“Based on my professional experience” Carlo Baccaredda Boy says, “the financial crime (in its broader sense) I have found myself to deal with more frequently in recent years is the crime of obstructing the exercise of the functions of the public supervisory authorities. One of the reasons behind the great frequency of such disputes can be found in the economic and financial crisis that has affected the world market in the last decade. Following numerous scandals, public supervisory authority checks have consequently increased and the vetting criteria with which some corporate banking operations were interpreted have become increasingly more stringent. If, on the one hand, the greater incisiveness of the checks put in place by the supervisory authority certainly has the advantage of activating a virtuous circle aimed at promoting market equilibrium, on the other hand, there’s a risk of hyper-application occurrences of the case referred to in art. 2638 of the civil code by leveraging the well-known aspects of legal indeterminacy.” According to Bolognese, with law no. 62/2005, the choice of the state legislator has been to provide greater protection of the financial market through criminal law: “The case of self-laundering was subsequently incorporated into the criminal code before adopting legislative decree no. 21/2018 covering counterfeiting offences and improper use of credit cards and charge cards. These are complex crimes marked by low visibility as they camouflage behind strictly technical economic processes. In particular, the three most frequently reported crimes include money laundering, insider trading and market manipulation. A statistical analysis has revealed that the number of complaints from banks is negligible possibly due to the damage wrought to the financial operator’s image following criminal proceedings. According to Pisano: “the most frequent disputes certainly concern the crimes of money laundering and self-laundering also in connection with predicate offences of a fiscal and bankruptcy nature and potentially giving rise to administrative liability of entities per legislative decree no. 231/2001. This is due to the fact that, on the one hand, the tendency to underestimate the negative social value connected to money laundering and self-laundering crimes has not yet been completely overcome. On the other hand – as it was abundantly foreseeable – the introduction of the case of self-laundering and the progressive weakening of the requirement aimed at verifying the origin of the offence have led to a significant expansion of the area of what may be criminally relevant and to a consequent increase in complaints.”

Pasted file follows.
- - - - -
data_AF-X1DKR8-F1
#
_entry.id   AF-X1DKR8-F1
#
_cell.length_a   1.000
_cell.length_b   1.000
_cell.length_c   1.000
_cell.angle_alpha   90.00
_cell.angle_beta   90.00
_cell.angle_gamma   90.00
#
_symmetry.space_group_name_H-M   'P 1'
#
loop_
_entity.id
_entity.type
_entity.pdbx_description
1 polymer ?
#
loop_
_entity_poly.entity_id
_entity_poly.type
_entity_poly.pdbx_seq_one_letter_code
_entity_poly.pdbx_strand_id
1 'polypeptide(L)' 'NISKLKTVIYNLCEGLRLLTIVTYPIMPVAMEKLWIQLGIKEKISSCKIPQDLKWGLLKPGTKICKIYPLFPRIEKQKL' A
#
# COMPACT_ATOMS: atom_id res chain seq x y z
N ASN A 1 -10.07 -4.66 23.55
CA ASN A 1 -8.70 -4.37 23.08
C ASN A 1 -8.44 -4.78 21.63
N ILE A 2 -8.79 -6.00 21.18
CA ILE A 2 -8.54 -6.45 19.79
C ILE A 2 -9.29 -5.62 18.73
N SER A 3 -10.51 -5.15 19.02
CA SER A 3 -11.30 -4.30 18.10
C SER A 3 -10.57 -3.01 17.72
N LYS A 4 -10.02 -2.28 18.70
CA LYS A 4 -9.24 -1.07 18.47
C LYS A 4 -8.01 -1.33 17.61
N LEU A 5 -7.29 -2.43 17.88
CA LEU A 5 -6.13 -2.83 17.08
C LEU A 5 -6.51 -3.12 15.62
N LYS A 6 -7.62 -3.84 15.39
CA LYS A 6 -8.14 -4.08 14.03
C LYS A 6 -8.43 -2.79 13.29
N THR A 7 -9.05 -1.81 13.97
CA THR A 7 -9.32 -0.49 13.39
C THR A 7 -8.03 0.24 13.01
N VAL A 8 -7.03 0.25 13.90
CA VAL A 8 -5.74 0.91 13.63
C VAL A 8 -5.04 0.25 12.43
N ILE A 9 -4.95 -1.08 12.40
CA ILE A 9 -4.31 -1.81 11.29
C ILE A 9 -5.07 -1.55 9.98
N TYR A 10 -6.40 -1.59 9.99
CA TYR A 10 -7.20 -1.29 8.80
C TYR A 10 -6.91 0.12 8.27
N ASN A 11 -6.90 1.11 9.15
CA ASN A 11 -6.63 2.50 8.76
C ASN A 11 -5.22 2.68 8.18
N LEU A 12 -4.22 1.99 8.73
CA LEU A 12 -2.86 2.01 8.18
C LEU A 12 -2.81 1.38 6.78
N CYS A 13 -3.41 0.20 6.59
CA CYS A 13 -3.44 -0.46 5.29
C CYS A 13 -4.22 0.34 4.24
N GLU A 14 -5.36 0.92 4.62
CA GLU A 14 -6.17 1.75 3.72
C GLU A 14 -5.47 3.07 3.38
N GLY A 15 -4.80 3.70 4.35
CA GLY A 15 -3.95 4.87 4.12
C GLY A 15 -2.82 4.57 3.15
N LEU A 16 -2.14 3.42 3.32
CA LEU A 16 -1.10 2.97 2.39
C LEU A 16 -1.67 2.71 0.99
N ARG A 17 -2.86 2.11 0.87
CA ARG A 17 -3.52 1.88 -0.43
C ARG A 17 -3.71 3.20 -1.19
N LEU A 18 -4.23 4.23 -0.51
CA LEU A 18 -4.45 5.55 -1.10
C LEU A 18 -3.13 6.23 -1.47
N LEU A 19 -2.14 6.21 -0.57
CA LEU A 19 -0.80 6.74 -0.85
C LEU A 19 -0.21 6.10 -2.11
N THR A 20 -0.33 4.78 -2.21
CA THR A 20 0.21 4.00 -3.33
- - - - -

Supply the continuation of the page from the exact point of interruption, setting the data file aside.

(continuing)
Edited by Carlo Baccaredda Boy
Self-laundering and entity liability
Self-laundering in legislative decree 231/01. The lingering doubts left by the legal theory and the jurisprudential vacuum.
Three years after the legislation on self-laundering came into effect nationally, the interpretative issues to be resolved concerning the inclusion of the case in question in the catalogue of so-called predicate offences per legislative decree 231/01 for the liability of entities are still quite numerous.
Following a long legislative process on money laundering, art. 3 of Law 15.12.2014, no. 186 has introduced art. 648 ter.1 of the Italian penal code.
With this legislative intervention, lawmakers have proposed to do away with the principle of the so-called “Self-laundering privilege”, which prevented the perpetrator or accessory in money-laundering offences from being indicted.
However, on the basis of the indications received from the Lower House Justice Committee, during the consultation session, Parliament has preferred not to proceed with the radical elimination of the non-punishable clause referred to in art. 648bis and 648ter of the penal code in order not to risk paving the way for the indictment of conducts ascribable to the category of subsequent acts not subject to punishment.
In essence, the introduction of art. 648 ter.1 is the result of a compromise which, in fact, has only curtailed the “self-laundering privilege”, while continuing to exclude penalties in the event of “mere use or personal enjoyment ” (In paragraph 4) and requesting the existence of a concrete obstacle to the identification of the origin of the ill-gotten gains (in paragraph 1).
The result of this choice lacks clarity in its formulation and undoubtedly leaves many interpretative problems to be resolved in the legal theory and jurisprudence. In its effort to combat the economics of illegality, Law 186/14 also modified the system of legislative decree 231/01, by incorporating art. 648 ter.1 of the criminal code into the catalogue of the so-called predicate offences.
This inclusion, made through the simple reference to art. 648ter.1 in the body of art. 25-octies, has aroused some perplexity. Let’s try to give some examples.
First, it is not clear how the modal clause of art. 648 ter.1 co. 1 (whereby the conduct must be held “in such a way as to effectively hinder the identification “of the criminal origin of assets or other economic benefits) will translate within the scope of the liability of legal persons, especially vis-à-vis larger businesses which – as is the case with multinational companies – engage in highly complex financial transactions on a daily basis.